This post was written by my husband who spent three weeks traveling Silk Road stops including Turpan, China.
It’s hot in Turpan. Temperatures reach over 120 degrees in summer, and the area is often referred to as China’s Death Valley. This stop on the ancient Silk Road is located in the inhospitable deserts of the Tarim Basin in China’s Xinjiang Province, about 90 miles from the provincial capital Urumqi (our first stop).
Turpan is a depression—the world’s second-largest—that is actually located about 500 feet below sea level. The discovery of fertile soil and groundwater here popularized the city as an oasis and its been a site of human habitation for well over 2,000 years. Chinese scientists believe that there could be an enormous ocean beneath the sand here that is 10 times the water in all five Great Lakes in North America.
Primarily know today to Americans and Europeans (if at all) as a stop on the Silk Road, if you dig one layer deeper (pun intended), you learn that it is known locally primarily for the ingenious underground irrigation tunnels dug there in antiquity and maintained for centuries. It’s also famous regionally for grapes, turned into raisins, grown there as a result.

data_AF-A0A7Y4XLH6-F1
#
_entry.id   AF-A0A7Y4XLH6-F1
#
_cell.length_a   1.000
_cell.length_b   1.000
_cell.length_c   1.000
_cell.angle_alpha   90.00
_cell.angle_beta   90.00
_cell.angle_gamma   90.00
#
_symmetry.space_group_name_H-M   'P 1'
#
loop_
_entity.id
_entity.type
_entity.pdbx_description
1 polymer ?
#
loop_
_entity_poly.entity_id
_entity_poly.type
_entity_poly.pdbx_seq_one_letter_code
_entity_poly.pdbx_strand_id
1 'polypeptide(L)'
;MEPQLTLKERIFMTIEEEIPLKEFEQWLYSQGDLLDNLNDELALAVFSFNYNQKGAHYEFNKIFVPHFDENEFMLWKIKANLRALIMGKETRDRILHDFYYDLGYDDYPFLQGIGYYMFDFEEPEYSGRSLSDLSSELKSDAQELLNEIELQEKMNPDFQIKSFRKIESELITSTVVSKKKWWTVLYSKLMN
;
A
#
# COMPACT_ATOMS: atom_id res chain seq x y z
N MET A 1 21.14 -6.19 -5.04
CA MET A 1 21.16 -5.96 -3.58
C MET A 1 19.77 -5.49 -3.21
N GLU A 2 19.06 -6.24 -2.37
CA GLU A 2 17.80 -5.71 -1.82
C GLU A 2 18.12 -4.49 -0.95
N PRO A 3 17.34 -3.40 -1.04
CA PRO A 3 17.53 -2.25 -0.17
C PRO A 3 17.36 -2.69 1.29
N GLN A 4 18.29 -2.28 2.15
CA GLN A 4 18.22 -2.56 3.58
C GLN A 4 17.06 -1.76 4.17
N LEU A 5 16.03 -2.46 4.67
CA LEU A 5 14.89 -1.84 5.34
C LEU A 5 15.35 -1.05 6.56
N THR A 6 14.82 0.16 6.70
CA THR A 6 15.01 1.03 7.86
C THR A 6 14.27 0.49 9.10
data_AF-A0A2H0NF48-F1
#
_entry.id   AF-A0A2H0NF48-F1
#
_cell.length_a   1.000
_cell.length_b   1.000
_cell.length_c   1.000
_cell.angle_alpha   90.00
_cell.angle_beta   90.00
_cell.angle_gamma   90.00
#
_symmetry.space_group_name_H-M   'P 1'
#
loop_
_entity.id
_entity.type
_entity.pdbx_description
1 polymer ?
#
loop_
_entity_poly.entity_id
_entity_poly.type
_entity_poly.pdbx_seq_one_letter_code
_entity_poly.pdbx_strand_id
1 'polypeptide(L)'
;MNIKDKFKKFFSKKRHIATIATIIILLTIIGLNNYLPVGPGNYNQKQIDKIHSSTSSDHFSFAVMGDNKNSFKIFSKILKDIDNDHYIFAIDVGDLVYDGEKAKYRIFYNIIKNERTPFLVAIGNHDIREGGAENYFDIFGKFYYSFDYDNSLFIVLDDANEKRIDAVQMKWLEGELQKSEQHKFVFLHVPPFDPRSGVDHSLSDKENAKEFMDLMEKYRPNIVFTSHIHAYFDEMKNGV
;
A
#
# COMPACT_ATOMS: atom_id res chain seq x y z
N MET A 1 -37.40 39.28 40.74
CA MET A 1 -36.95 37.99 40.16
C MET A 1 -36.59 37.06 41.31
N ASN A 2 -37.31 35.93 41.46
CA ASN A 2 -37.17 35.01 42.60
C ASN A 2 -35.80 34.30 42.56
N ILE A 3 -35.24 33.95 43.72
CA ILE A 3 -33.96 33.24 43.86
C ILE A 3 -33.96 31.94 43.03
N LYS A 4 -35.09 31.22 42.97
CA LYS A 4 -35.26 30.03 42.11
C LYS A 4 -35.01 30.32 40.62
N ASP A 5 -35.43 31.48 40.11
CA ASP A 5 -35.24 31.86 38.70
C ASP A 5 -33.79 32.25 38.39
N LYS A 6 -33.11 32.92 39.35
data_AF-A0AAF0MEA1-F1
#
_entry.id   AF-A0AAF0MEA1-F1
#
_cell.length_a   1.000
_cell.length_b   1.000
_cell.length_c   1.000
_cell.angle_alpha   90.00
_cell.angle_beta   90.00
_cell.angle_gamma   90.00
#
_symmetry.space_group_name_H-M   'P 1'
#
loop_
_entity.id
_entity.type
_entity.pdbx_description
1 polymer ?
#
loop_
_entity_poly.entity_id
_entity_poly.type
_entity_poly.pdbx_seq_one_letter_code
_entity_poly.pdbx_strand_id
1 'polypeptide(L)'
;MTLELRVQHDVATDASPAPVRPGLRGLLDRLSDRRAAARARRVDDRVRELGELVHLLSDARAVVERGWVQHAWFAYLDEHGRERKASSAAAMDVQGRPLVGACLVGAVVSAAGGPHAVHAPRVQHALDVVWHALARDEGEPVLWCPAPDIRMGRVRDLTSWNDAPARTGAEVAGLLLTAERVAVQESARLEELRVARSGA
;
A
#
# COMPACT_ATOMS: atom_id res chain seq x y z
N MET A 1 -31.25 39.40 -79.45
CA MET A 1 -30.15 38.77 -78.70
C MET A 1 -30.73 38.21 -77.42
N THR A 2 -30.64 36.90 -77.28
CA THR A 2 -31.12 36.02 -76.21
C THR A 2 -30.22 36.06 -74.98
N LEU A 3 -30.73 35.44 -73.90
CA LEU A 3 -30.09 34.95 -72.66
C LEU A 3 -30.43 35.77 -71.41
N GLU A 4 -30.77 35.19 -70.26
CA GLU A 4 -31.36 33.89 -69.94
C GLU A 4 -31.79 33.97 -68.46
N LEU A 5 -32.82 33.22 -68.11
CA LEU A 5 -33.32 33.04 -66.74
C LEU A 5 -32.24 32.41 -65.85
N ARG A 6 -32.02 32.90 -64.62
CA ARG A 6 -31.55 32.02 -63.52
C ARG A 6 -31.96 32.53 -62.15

Based on that description, visiting tourists may be surprised by the number of fascinating things to do in Turpan and in the region around it.
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1. Karez System
The Karez System is the name for the 3,000 miles of underground irrigation tunnels, and related wells that bring water to the surface dug originally over 2,000 years ago. They’ve been maintained ever since, bringing snow meltwater to Turpan, using only gravity (via carefully calculated inclination of the tunnels), from the nearby Tianshan mountains.
Some tunnels are only 30 feet below the surface, others more than 300 feet below. Because Turpan is the hottest place in China, digging these tunnels underground was essential to avoid evaporation while keeping the water free from unsanitary pollution. But the human labor involved in digging and maintain them, using only rudimentary tools, was staggering.
I visited the Turpan Karez Paradise museum, which used life-sized models to visualize how the wells were originally dug, maintained, and used by farmers for irrigation, and by other residents for drinking water. The museum also contained a room displaying ancient digging tools, lamps, and other essential ancient tools used in their construction.